Sleep Disorder

All and sundry has familiarity to occasional sleep problems, getting a good night’s sleep is essential to energized. Lack of sleep might make you feel foggy and unable to concentrate. Sleep complexity will eventually interrupt your work, family and personal affiliations.

In America about 50 million peoples complain about their sleep. Some sleep excessively little, some erratically and some overly sleep. Even though one-third of our lives are spending asleep, Sleep problems profoundly disturb both sleeping and waking life.

Almost everyone will be impinged by insomnia at some point during life. Insomnia is a short term or chronic inability to get high quality sleep is a common sleep problem and can be caused by a variety of things including stress, a change in time zones, a distorted sleep schedule or poor bedtime habits. Whether your problem is an infrequent sleepless night or a chain of them, abundance of solutions subsist to help you get better sleep.

Insomnia doesn’t have to be a permanent problem. In many cases, self help techniques, including improved sleep hygiene, relaxation and cognitive behavioral therapy (CBT), can alleviate insomnia and promote better health as well as better sleep.

Numerous epidemiologic studies have shown that insomnia, including chronic insomnia, is more general for women than men are. Numerous factors are likely to contribute to the greater prevalence of insomnia in women, including a higher prevalence of fundamental depression and anxiety stronger links between life events and sleep disruption in women compared with men, and sleep disruptions associated with female reproductive physiology.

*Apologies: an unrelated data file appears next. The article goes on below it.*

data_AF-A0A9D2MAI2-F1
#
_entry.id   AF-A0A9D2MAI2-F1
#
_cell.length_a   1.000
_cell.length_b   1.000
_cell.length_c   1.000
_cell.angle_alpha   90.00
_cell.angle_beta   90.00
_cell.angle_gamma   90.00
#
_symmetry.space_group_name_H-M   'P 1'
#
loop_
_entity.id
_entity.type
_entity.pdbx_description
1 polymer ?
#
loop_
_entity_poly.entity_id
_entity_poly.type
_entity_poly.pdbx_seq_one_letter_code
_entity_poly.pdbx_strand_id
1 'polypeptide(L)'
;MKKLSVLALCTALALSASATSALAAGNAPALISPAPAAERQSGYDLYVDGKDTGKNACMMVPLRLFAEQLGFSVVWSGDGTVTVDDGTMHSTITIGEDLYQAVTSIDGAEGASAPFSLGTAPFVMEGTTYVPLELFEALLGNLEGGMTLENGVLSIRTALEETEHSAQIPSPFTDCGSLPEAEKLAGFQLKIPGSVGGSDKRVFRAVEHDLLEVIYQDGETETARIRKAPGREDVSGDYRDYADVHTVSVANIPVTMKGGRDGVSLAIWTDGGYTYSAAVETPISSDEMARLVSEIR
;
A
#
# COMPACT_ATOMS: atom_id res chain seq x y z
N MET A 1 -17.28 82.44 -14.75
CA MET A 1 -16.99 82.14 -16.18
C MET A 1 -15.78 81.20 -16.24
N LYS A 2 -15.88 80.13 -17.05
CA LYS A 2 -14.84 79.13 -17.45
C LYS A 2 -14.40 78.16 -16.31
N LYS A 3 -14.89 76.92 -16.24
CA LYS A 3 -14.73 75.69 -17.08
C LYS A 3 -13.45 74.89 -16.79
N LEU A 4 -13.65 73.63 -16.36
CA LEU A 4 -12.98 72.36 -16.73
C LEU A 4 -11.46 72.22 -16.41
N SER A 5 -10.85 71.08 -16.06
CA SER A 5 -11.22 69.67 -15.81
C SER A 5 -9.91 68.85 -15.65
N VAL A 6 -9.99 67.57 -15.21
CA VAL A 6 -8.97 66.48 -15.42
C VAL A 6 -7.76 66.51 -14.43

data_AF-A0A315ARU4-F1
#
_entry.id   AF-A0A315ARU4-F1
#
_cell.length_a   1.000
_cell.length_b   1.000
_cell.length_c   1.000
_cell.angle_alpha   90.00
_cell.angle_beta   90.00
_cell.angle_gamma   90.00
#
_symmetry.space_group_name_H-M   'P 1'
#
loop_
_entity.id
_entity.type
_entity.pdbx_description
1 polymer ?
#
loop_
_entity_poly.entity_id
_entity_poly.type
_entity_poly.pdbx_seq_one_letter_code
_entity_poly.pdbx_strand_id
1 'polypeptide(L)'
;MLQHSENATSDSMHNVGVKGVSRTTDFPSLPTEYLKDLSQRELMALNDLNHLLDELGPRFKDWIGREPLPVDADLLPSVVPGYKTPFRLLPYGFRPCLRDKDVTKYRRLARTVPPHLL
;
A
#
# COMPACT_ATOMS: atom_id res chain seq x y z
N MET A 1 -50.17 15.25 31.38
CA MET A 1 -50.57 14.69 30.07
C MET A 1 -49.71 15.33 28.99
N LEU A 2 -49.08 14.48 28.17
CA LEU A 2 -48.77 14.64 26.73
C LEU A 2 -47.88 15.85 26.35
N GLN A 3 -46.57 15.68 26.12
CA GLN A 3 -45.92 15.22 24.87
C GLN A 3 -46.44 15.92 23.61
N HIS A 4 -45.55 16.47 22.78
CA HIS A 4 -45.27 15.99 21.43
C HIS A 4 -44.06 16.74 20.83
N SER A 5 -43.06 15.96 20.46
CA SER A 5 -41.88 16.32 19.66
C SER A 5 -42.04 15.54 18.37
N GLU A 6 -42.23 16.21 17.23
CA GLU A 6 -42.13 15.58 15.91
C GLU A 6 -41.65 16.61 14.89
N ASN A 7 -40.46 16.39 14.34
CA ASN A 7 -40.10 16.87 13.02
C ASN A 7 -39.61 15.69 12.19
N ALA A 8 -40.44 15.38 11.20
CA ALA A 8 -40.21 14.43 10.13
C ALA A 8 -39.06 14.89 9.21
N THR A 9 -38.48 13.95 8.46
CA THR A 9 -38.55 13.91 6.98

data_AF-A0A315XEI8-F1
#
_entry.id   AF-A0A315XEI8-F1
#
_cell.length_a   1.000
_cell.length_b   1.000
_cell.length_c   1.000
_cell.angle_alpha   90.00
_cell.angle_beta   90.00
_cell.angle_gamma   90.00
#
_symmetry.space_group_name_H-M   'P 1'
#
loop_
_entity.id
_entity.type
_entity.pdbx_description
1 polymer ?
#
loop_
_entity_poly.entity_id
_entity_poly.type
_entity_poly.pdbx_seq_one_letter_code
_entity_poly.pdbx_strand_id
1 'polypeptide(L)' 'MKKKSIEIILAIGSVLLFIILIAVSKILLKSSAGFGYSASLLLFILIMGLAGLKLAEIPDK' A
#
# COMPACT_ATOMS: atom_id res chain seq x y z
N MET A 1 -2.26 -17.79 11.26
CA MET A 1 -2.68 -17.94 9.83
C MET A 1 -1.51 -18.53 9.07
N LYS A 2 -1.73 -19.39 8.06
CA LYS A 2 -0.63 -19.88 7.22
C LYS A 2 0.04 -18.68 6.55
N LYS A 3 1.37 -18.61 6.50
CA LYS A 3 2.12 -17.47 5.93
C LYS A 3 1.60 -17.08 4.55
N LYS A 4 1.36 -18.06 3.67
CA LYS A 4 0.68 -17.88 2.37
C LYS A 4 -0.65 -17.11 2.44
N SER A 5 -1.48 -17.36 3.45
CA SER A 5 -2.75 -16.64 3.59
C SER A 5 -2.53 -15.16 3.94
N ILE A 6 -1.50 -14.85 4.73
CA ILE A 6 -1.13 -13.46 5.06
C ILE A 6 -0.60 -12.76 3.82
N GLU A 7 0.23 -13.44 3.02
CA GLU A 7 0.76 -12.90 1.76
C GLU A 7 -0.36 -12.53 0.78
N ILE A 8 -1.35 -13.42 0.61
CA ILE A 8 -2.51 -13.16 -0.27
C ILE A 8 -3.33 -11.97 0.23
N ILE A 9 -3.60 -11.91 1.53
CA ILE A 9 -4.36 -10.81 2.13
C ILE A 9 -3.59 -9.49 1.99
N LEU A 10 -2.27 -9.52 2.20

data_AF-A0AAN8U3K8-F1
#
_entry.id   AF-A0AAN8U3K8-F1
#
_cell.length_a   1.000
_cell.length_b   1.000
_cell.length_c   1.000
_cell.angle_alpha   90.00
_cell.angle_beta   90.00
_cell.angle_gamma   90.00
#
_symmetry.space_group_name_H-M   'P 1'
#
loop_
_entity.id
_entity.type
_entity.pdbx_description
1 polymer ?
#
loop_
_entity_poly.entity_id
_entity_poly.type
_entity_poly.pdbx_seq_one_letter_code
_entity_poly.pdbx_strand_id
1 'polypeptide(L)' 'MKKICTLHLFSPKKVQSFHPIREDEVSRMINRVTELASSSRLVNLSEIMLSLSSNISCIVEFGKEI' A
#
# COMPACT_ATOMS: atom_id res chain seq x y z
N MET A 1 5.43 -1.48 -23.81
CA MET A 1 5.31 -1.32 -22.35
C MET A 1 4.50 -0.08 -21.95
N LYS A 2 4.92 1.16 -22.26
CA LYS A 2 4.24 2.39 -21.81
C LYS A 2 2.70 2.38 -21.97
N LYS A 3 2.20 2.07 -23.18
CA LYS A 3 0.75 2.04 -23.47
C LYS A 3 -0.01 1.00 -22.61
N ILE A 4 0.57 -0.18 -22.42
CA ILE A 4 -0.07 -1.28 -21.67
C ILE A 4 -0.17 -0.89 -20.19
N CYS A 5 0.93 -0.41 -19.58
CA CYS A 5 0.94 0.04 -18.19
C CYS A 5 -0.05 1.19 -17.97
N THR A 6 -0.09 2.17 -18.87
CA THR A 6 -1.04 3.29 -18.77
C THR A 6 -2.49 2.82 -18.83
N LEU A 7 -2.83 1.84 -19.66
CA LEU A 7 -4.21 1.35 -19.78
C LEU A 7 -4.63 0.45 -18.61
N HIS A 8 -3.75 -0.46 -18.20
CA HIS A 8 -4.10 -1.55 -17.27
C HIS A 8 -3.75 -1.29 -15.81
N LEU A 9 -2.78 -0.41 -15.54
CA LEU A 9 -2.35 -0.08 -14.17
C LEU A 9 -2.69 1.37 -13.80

A number of factors may affect women’s sleep. Changes in hormonal levels, stress, illness, lifestyle, and sleep environment may impactsleep.Pregnancy- and menstrual-related hormonal fluctuationsmay affect sleep patterns, mood, and reaction to stress. Many women have premenstrual sleep disturbances. Difficulty falling asleep, nighttime waking, difficulty waking up, and daytime sleepiness all are linked to premenstrual changes. Insomnia (sleeplessness)is the common symptoms of premenstrual syndrome (PMS).

Psychosocialstress may threatensleep more than hormonal changes. Many young women reduce sleep to cope with work andtheir roles as mothers and wives. They ignore fatigue and other effects of inadequate sleep. About 30% of employed women reportsleeps problems. Sleep problems are more common in women older than 40 years. Getting enough sleep improves job performance, concentration, social interaction, and general sense of well-being.

Pregnancy may also disturb sleep. During the first trimester,women need more sleep and feel sleepier during the day.During the second trimester, sleepimproves.During the third trimester,women sleep lessand are more awake. The most common reasons for sleep disturbancesare frequent urination, heartburn, general discomfort, fetal movements, low back pain, leg cramps, and nightmares. Swelling in nasal passages may cause snoring and sleep apnea during pregnancy.

As women age, physical and hormonal changes make sleep lighter and less sound. Sleep disturbances become more commonduring menopause.Women wake up more often at night and are more tired during the day. Night sweats and hot flashes linked to lower levels of estrogen may contribute to these problems.During the menopausal years, snoring becomes more frequent.After menopause, women get less deep sleep andare more likely to awaken at night than during menopause.

Pain, grief, worry,certain medical conditions, medications, and breathing disorders may disturb sleep in menopausal and postmenopausal women. Other then insomnia there are up to seventy sleep disorder in which most general disorders are somnambulism (Sleepwalking) , enuresis (Bedwetting) , Narcolepsy (Sleep Attacks).